Providing only a glimpse of its extravagant talents last year, the black metal band Hymnr (a trio of unknown locations) will soon reveal the full flowering of their unearthly wonders through a debut album named (fittingly) Far Beyond Insanity. With a release date of April 23rd through Saturnal Records, the album consists of four long tracks ranging from 8 to 13 minutes in length, and today it’s our great pleasure to premiere the longest of them.
Both the band and the album have a conceptual focus (the tracks on Far Beyond Insanity are identified only as Parts I through IV), though the concept is mysterious (as is the music). We are told only that “the concept of Hymnr is its own tale of the tragic path that has led the world, humanity, and religion down this downwards spiral that this cosmic plane has become.”
Every Part in this tale of how everything ended up here is so fascinating (and disturbing) that the experiences become transfixing — and that is certainly true of Part III, the piece that we’re presenting today.
Through a collage of quirky, dissonant disharmonies, the ringing and buzzing guitars immediately create a beguiling but unnerving sensation, which becomes even more disturbing as the music flares in frenzies and the steady drumbeats become a rapid battering ram. Vicious snarls add to the music’s frightening transformation. Grim scissoring riffs and tumultuous drum-fills segment these blaring and blazing paroxysms of sound, but the music also combines skittering fretwork with sorrowful flowing melodic panoramas that seem increasingly anguished, further underscoring the juxtapositions in the song.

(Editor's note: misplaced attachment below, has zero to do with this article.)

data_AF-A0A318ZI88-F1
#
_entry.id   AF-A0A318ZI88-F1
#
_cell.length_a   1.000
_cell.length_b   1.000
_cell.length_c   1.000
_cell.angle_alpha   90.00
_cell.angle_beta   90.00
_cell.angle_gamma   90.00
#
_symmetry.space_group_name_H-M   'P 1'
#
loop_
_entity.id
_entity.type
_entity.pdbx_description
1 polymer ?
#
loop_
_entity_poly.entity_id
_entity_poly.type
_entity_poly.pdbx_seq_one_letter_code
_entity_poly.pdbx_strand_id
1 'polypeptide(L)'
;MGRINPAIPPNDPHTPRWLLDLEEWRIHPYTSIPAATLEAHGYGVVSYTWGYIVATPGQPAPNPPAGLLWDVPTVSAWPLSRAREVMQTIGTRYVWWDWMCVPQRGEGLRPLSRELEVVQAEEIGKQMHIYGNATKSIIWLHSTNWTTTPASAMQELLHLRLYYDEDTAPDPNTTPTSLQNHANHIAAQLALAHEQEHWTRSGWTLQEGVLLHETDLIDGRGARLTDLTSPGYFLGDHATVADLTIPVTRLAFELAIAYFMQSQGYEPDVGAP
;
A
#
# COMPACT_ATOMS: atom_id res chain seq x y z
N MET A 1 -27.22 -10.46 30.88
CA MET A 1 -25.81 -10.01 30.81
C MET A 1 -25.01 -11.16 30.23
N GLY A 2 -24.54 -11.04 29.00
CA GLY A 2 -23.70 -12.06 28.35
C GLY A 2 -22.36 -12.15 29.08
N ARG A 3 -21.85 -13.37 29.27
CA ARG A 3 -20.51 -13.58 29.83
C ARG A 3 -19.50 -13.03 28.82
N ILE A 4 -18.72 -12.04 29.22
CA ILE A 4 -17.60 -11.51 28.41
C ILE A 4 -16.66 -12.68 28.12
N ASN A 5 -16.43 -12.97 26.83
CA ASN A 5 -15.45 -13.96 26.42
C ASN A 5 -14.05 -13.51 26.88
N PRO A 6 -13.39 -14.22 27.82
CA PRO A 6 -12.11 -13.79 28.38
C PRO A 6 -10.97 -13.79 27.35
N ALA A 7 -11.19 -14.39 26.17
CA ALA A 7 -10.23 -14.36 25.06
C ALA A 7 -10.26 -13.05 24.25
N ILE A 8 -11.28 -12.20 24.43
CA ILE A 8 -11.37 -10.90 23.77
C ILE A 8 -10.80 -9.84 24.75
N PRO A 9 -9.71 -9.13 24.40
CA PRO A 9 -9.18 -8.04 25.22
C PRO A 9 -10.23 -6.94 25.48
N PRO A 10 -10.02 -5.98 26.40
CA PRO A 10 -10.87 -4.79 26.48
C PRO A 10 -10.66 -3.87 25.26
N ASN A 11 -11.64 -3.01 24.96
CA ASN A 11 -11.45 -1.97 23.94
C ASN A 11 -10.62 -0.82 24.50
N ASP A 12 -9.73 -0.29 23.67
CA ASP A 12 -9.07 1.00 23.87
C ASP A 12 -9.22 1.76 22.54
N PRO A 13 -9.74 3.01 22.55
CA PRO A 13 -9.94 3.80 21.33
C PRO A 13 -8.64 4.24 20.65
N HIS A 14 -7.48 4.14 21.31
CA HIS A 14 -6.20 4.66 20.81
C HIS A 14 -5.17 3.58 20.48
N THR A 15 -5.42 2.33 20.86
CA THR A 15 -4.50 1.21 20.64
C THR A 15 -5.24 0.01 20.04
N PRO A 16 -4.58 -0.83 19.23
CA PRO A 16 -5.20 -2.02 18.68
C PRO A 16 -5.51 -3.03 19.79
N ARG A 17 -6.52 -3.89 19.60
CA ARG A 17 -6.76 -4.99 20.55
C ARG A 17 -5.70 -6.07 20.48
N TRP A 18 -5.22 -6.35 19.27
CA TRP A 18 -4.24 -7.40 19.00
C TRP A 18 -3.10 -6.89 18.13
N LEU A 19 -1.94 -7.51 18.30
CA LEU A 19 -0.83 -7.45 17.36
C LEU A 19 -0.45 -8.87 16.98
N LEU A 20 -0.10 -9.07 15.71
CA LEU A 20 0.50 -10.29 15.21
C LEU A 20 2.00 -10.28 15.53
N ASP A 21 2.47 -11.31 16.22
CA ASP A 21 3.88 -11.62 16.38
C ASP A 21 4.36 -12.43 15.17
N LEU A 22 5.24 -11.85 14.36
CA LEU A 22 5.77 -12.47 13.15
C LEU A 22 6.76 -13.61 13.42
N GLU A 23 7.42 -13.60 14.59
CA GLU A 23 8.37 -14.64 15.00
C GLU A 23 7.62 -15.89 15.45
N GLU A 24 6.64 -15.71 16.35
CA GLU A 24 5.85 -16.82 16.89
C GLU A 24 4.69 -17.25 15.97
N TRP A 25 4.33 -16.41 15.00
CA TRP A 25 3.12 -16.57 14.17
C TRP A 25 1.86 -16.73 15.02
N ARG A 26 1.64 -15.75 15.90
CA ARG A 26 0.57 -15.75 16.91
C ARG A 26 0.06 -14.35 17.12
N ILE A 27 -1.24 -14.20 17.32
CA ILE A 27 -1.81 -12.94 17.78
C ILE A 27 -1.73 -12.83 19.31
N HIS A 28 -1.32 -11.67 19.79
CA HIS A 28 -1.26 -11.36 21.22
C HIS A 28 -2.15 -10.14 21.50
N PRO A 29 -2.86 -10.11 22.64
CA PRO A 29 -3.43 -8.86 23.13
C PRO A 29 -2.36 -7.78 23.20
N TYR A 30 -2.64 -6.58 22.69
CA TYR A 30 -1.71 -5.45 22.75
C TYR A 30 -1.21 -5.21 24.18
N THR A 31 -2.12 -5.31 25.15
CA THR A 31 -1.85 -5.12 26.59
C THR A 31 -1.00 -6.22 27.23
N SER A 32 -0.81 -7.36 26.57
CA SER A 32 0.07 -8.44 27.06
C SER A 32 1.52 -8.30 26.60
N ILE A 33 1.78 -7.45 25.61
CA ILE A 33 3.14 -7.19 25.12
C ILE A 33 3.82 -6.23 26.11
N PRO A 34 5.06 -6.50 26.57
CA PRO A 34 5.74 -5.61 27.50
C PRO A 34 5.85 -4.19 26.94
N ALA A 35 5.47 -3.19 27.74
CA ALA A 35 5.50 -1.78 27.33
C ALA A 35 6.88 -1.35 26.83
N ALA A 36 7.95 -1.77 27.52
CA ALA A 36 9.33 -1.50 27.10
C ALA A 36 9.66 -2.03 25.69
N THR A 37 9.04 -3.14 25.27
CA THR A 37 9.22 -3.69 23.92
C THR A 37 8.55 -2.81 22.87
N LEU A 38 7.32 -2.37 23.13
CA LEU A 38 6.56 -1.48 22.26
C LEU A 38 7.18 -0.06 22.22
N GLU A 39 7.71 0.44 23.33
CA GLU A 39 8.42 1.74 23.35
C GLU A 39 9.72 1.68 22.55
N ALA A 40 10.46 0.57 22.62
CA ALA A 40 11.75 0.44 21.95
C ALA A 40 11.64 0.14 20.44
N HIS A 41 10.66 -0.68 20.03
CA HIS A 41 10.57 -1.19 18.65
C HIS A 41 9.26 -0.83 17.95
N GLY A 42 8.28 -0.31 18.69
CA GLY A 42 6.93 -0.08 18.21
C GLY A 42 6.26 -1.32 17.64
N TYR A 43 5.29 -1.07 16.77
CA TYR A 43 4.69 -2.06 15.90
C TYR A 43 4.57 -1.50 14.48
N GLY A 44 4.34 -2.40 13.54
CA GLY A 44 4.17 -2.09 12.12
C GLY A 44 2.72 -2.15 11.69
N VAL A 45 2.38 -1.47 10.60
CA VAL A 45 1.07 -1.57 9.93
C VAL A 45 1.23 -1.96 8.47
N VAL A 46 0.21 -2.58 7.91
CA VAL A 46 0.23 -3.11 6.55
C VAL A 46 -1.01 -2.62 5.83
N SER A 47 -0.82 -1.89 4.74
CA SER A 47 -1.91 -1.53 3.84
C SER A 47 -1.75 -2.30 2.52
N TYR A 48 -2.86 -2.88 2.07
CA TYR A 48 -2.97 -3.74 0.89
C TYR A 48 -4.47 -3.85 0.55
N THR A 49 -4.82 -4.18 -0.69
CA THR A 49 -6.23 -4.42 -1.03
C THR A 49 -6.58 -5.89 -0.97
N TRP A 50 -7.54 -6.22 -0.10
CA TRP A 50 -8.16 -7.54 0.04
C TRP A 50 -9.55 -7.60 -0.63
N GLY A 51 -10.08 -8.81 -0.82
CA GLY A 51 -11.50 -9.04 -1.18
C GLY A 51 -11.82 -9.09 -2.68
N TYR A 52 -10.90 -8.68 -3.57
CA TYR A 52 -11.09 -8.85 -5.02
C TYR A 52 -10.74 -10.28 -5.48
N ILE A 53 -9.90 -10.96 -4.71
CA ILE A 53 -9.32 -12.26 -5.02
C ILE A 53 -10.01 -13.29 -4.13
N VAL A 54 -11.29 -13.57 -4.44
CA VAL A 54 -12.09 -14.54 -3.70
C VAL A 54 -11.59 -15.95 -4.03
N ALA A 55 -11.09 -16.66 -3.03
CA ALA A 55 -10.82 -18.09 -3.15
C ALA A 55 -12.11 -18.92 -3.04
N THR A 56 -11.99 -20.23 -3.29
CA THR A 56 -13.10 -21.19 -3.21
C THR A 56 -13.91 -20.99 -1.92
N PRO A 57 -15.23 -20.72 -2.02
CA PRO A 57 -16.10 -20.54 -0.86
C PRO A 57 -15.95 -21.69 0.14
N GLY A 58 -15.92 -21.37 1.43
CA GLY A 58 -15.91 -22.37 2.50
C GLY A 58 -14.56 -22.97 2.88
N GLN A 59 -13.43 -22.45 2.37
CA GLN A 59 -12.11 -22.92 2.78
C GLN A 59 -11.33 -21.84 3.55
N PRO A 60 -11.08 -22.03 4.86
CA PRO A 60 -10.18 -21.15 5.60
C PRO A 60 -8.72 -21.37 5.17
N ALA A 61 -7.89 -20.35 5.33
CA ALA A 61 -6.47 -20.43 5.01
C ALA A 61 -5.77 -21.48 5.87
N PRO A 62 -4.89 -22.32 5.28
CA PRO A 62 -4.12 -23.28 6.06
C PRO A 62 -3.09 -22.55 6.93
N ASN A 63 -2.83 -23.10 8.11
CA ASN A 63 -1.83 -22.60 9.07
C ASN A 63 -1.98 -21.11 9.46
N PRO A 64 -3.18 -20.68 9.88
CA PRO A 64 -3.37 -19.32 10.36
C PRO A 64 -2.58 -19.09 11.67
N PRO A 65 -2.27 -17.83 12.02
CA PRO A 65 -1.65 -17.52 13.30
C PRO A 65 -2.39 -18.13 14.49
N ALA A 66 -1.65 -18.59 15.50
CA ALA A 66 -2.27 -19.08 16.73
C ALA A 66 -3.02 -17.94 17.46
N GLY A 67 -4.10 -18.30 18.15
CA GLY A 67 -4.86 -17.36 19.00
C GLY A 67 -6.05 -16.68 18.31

And the juxtapositions are striking. The experience is persistently bewitching and seductive, while also demented and dangerous. It sends the mind feverishly spinning into storm-tossed supernatural dimensions where apparitions whirl and lightning flashes, and where groaning chords over measured beats increase the feelings of tension and peril. A kind of terrible magnificence also rises through the music, unmistakably dire and grief-stricken but nonetheless spellbinding. And as the music moves through its manifold phases and permutations, through its various expressions of sorcery and terror, of seduction and savagery, it becomes more and more addictive, more and more memorable….
Don’t stop here, because below you’ll also find a stream of this debut album’s opening track, and it’s just as stunning as the one we’re presenting today.
Saturnal is giving the album a suitably lavish release, providing it on CD, vinyl LP, and cassette tape formats. It was mixed and mastered by Christer Krogh at Velvet Recording, and the creepy cover artwork was rendered by David Thiérrée.
Wow — all these fantastic debut albums one after the next (I’m moving backwards from Nanga Parbat, Klexos, to this Hymnr debut). Love the vocals.